LinkedIn Begins Contributing Open19 Platform to the Community
September 27, 2018
Last summer, LinkedIn helped announce the launch of the Open19 Foundation and our role as a founding member. Our aim was to assist in building a community for a new generation of open data centers and edge solutions and to one day contribute our Open19 project to the foundation. Over the last year, we’ve successfully advanced that mission both in our support of the foundation and in our advancement of the Open19 platform.
Today, in conjunction with the Open19 Summit, we are happy to announce our project with the Open19 Foundation. Our Open19 contribution follows many successful software projects including Kafka, Samza, Burrow, and many others and is the first hardware LinkedIn will share with the open source community.
In the weeks and months to come, we plan to open source every aspect of the Open19 platform—from the mechanical design to the electrical design—to enable anyone to build and create an innovative and competitive ecosystem.
Taking a look back
Two years ago, we launched the plans for the Open19 project as the first LinkedIn open hardware data center project. When we began the work, we set several critical goals that would help us determine success:
Create an open standard that can fit any 19” rack environment for server, storage, and networking
Reduce overall data center cost
Enable faster rack integration, both onsite and offsite
Simplify the data center operations
Build an ecosystem and a community around the technology
So, where did we end up?
The design and implementation of Open19
The final design for Open19 is a solution that defines a form factor for servers with optimized costs and operational models to support fast data center integration for a variety of solutions and technologies. It is exciting to see that all our hard work has finally paid off. We are happy to share that Open19 technology is now deployed in LinkedIn's data centers!
Over the last two years, we conducted due diligence while overcoming a few challenges that come with developing a new industry standard. It was essential that we maintain a high-quality solution that addressed not only the needs of LinkedIn but also those of the community that supports the Open19 initiative and the new community members that join us regularly. With this community-first mindset and our new collaboration with the Open Compute Project, we look forward to seeing where we can take this technology!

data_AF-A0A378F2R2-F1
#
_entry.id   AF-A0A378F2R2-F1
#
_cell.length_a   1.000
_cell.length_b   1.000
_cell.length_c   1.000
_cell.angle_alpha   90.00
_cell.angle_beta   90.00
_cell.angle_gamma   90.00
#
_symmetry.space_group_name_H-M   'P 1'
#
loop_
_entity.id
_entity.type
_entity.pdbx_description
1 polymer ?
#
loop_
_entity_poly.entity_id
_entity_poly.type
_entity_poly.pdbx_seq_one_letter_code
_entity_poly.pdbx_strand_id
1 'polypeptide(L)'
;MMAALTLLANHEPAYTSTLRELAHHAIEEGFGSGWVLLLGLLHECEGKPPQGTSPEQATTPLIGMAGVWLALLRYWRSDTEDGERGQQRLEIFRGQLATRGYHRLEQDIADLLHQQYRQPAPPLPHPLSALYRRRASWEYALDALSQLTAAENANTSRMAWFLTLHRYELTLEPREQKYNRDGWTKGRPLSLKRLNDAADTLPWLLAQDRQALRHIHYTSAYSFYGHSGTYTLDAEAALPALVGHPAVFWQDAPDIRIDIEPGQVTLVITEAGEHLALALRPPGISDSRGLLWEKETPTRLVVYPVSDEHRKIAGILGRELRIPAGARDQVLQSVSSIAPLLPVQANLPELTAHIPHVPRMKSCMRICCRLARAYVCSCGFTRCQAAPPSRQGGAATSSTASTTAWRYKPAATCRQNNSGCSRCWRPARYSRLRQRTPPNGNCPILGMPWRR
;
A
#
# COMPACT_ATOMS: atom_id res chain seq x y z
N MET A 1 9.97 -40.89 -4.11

Let’s take a look back at each of the building blocks that have made this project a great success.
The Open19 cages
The Open19 cages come in two sizes 12RU and 8RU. They are entirely passive, and every 2RU can be converted to be half-width or full-width. The cages are straightforward, cost-effective, and foundational to the set up of the standard form factors for the Open19 technology.
The Open19 servers form factors
The Open19 standard defines four brick form factors:
- Brick (½ wide 1RU)
- Double High Half Width – (2RU)
- Double Wide Brick (1RU)
- Double High Brick (2RU)
The bricks will all have linear power and data growth, meaning the bigger the data center, the more power and data available to you. The baseline brick starts with 200w in an unmanaged system limited by a maximum of 400w in a managed system. The brick will also have day-one 50GE network interface with a cable capable of up to 200G.
All of the Open19 servers are self-sustained, from EMI to safety to cooling. This means that even in an environment with no external assistance, the server will operate properly between 10 and 40C completely EMI contained and safe.
The Open19 power cable
The first generation of the Open19 cable system—power cable and data cable—has been designed to be optimized for ease of use and future proofing level for the next three to five years.
The design of the power cable takes into consideration a maximum configuration for a typical data center of 19.2kw power feed to accommodate two leaf zones. We can take 9.6kw and create two levels of power—one for each managed systems of 200w per half-width 1RU server. We selected power connectors and pins that will handle 400w (35A@12v) per server, which enables a power-managed system to push each half-width server to 400w. As described above, that means 800w to double size and 1600w for a 2Ru system.
The power cable terminates into a high-density connector standard power connector that aggregates 12 servers, this connector leverages the same connectivity technology and mirrors the server side. The cable and connectors are all off-the-shelf with an open specification for any supplier who would like to produce it.
The Open19 data cable
The Open19 data cable has been optimized for speed and density.